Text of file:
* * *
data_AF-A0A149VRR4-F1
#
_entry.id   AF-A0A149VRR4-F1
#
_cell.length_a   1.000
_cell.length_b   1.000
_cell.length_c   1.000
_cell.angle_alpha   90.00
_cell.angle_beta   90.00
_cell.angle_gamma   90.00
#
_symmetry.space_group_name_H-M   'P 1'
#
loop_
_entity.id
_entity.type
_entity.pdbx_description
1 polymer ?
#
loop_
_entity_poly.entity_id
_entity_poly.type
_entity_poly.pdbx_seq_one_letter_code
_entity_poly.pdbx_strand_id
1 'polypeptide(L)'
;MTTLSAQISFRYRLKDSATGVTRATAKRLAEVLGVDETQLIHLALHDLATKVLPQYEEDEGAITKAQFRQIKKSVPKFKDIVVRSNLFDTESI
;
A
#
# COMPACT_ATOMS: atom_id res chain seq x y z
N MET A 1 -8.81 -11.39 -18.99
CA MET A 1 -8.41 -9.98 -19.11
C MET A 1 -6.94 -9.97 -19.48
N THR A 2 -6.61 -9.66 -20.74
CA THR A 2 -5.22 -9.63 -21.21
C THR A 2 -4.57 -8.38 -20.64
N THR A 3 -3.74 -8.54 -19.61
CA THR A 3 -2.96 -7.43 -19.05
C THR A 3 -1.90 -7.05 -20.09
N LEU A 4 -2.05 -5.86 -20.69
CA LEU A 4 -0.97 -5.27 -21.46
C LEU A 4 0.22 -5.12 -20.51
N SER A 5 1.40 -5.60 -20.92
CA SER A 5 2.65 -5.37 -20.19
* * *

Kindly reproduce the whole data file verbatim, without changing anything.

data_AF-A0A149VRR4-F1
#
_entry.id   AF-A0A149VRR4-F1
#
_cell.length_a   1.000
_cell.length_b   1.000
_cell.length_c   1.000
_cell.angle_alpha   90.00
_cell.angle_beta   90.00
_cell.angle_gamma   90.00
#
_symmetry.space_group_name_H-M   'P 1'
#
loop_
_entity.id
_entity.type
_entity.pdbx_description
1 polymer ?
#
loop_
_entity_poly.entity_id
_entity_poly.type
_entity_poly.pdbx_seq_one_letter_code
_entity_poly.pdbx_strand_id
1 'polypeptide(L)'
;MTTLSAQISFRYRLKDSATGVTRATAKRLAEVLGVDETQLIHLALHDLATKVLPQYEEDEGAITKAQFRQIKKSVPKFKDIVVRSNLFDTESI
;
A
#
# COMPACT_ATOMS: atom_id res chain seq x y z
N MET A 1 -8.81 -11.39 -18.99
CA MET A 1 -8.41 -9.98 -19.11
C MET A 1 -6.94 -9.97 -19.48
N THR A 2 -6.61 -9.66 -20.74
CA THR A 2 -5.22 -9.63 -21.21
C THR A 2 -4.57 -8.38 -20.64
N THR A 3 -3.74 -8.54 -19.61
CA THR A 3 -2.96 -7.43 -19.05
C THR A 3 -1.90 -7.05 -20.09
N LEU A 4 -2.05 -5.86 -20.69
CA LEU A 4 -0.97 -5.27 -21.46
C LEU A 4 0.22 -5.12 -20.51
N SER A 5 1.40 -5.60 -20.92
CA SER A 5 2.65 -5.37 -20.19